Have you ever wondered about the browsing habits of civil servants?
I haven’t, but the TaxPayers’ Alliance has. So the campaign group sent a Freedom of Information request to every Whitehall department. Only the Department for Transport has responded so far, but the information, covering January to May of this year, is very interesting.
Not too surprisingly the BBC is at the top of the list, followed by other news outlets and blogs. And of course Google is up there too. But many other sites proved popular – during lunch breaks, we have to assume.
Facebook comes in at 85th, with more than 130,000 hits. Argos is the most regular online shopping destination, but John Lewis, Next and Debenhams feature too.
Many football sites come up, most notably goonerweb and chelseaafc, showing where the DfT’s loyalties lie. And many seem to like a bet, hence the popularity of oddschecker and bet365 which get 25,808 and 7,328 hits respectively.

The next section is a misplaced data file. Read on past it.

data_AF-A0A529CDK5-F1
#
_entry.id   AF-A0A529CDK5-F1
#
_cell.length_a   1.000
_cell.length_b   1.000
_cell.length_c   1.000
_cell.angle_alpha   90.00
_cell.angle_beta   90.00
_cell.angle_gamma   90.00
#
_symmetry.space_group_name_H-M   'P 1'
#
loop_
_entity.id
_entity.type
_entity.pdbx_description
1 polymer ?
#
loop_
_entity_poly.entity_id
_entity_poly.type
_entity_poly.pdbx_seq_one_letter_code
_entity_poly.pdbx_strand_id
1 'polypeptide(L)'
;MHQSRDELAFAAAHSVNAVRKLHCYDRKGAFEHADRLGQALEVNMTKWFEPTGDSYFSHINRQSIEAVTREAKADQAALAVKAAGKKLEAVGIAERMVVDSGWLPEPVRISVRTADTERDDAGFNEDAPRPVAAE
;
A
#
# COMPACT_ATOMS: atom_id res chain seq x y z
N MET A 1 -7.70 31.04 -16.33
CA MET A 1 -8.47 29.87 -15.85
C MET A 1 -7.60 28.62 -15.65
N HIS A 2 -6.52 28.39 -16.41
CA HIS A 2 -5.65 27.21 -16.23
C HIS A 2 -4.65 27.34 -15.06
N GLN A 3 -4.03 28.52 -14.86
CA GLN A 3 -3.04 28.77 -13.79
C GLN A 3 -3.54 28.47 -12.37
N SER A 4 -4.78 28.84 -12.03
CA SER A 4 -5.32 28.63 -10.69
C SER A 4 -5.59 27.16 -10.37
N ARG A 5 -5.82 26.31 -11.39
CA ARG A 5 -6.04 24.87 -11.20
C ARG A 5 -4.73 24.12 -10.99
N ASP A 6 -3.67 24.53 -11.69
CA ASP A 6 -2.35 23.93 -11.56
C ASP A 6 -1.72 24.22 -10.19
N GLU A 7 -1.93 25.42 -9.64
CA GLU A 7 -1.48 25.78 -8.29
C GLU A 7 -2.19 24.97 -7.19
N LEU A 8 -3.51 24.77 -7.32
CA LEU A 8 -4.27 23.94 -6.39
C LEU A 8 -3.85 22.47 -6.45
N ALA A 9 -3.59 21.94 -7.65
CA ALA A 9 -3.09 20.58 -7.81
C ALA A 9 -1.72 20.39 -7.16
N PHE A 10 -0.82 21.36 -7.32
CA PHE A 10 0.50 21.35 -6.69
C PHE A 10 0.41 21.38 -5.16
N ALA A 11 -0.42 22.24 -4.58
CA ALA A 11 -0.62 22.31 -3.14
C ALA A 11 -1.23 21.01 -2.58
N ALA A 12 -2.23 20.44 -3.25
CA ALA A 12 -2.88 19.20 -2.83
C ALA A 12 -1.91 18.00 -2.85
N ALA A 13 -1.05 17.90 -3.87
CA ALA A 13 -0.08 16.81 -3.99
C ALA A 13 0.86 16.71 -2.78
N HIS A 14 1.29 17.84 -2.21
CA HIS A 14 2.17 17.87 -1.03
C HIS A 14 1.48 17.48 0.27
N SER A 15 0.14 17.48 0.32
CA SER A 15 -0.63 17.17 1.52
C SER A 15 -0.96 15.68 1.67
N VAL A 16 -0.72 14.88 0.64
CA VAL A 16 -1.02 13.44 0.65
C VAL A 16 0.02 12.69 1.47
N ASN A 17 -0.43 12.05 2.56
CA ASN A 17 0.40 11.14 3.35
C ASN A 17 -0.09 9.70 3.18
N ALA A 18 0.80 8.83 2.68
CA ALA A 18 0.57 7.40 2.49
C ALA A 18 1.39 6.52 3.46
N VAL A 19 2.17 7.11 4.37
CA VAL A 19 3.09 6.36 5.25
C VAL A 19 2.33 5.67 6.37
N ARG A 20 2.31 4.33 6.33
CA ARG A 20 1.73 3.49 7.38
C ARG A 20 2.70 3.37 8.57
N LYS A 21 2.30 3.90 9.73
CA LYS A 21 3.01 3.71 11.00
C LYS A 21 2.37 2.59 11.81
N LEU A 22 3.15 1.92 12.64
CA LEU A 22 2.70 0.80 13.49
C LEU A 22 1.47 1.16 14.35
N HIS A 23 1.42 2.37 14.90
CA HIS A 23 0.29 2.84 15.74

But some more unusual sites turn up on the list too.
Coming in at number 385 with 27,634 hits is bearsfaction.org.uk – a website that organises fantasy role-play festivals. It invites users to “leave reality behind” and “walk amongst goblins, elves and dwarves”. Makes a change from civil service colleagues, I suppose.
Smallworldbellydance.com , a south London belly dancing studio, gets 3,170 hits, while a website for fans of the Roman Empire attracted nearly 100,000.
And sexymp.co.uk, where users get to rank Members of Parliament in order of attractiveness, got 21,477 hits in the five-month period, making it the 465th most popular site. This one is actually quite fun!
A spokesman for the Department of Transport said, “Our internet access policy states that personal use of the internet by staff should be kept as short as possible and should not in any event exceed one hour each day made in their own time, e.g. meal breaks.”
But Matthew Sinclair, Director of the TaxPayers’ Alliance, wasn’t convinced. “While many staff work very hard, there have been enough anecdotal reports of time-wasters within the civil service that it is vital taxpayers are able to scrutinise how time they are paying for is spent,” he said.